The Difference Between Condos And Apartments In Marietta, Georgia

At first glance, condos and apartments in Marietta, Georgia may seem like practically the same thing. Although they do have some similarities, there are actually quite a few differences between these two types of housing.

Single Family Home

Pretty much the only thing that they have in common is the fact that each unit usually shares walls with other units rather than being detached from one another like a single-family home. That is just about where the similarities end, however.

Purchasing The Unit

When you buy a condo, on the other hand, you are actually purchasing the unit. You become the registered owner of the condo. That means that you can make any changes that you see fit to the inside of the space since it is your property.

Apartment Maintaining

In terms of maintenance, you are generally responsible for maintaining the inside of your condo on your own. With an apartment, on the other hand, your landlord will usually deal with any repairs or maintenance issues for you.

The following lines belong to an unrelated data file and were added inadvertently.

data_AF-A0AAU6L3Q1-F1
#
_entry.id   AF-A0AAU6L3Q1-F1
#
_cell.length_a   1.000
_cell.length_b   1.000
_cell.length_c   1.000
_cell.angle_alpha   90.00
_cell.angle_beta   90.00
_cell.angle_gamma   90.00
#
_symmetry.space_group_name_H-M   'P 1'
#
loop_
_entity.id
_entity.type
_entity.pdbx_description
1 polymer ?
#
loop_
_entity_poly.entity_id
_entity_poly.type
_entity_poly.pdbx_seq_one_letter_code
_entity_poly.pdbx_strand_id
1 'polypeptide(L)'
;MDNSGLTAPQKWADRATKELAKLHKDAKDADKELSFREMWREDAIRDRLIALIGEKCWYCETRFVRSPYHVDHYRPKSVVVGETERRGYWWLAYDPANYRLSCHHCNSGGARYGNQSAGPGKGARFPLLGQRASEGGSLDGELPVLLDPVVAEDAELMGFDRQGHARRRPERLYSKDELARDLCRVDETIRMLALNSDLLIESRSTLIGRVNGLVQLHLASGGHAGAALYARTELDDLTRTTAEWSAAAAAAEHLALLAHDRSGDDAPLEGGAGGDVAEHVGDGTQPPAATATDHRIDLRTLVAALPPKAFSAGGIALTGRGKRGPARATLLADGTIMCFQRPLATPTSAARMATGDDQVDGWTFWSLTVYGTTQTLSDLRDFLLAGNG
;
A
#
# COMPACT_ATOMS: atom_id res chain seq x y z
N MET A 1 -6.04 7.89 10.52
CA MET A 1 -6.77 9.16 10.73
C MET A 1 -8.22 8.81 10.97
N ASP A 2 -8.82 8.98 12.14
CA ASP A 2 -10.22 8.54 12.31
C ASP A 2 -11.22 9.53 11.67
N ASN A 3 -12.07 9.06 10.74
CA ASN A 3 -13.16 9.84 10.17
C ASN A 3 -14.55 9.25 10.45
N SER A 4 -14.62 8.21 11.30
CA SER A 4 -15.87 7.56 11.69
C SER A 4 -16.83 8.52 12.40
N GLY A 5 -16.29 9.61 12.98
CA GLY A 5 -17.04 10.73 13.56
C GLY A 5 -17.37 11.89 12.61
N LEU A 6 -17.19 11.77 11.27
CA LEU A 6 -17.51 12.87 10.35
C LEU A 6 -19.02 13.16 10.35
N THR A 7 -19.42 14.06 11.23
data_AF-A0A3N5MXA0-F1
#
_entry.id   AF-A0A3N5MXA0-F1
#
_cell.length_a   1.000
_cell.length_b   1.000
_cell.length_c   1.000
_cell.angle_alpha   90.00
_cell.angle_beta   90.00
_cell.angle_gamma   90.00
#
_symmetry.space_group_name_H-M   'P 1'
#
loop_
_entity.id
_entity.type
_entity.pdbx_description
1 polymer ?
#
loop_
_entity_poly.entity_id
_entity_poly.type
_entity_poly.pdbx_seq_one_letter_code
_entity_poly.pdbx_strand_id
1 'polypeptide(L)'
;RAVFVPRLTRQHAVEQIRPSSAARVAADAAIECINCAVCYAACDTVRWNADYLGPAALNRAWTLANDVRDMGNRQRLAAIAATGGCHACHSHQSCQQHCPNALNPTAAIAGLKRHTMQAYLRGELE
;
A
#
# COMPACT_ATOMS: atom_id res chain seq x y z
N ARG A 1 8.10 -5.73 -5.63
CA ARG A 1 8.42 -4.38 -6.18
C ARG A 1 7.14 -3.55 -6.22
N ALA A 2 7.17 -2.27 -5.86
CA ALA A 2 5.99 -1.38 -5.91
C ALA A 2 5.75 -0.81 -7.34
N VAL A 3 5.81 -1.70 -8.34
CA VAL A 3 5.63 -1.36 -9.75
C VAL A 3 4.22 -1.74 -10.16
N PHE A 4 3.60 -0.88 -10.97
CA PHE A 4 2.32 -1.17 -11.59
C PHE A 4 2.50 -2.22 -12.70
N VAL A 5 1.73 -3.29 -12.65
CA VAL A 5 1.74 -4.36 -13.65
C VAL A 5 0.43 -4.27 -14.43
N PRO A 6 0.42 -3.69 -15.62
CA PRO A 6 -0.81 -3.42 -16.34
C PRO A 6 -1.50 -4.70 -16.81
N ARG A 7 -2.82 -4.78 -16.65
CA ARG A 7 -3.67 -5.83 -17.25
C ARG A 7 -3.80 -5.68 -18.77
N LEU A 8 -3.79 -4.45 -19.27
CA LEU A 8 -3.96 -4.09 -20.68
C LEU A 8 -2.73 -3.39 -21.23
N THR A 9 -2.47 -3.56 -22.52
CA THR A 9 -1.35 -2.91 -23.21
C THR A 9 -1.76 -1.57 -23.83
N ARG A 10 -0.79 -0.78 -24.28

Condo Association

For repairs on the outside of a condo, however, things are a little bit different. With a condo, you pay condo association fees that cover the cost of exterior maintenance on the building. These fees can be used to pay for any outside repairs.

Interior Of Your Apartment

When you rent an apartment, the apartment itself is still owned by your landlord. You are just paying to stay there. They are still the registered owner of the property, however. That means that they have the final say in what you can and can’t do to the interior of your apartment. They can also evict you if you fail to live up to the terms of your lease.

Condos And Apartments In Marietta

There are some key differences between condos and apartments in marietta, Georgia. With an apartment, the entire complex is owned by a single entity and each apartment unit is rented out to a different tenant. You don’t actually own a stake in the property.

With a condo, on the other hand, you purchase your own individual unit. Because you own the property, you can make interior renovations and can make changes to the condo like you would any other type of home. Although you are still responsible for paying dues to a condo association, each individual unit in the building is owned by a different person. Hopefully, this gives you a clearer understanding of the differences between these two types of housing.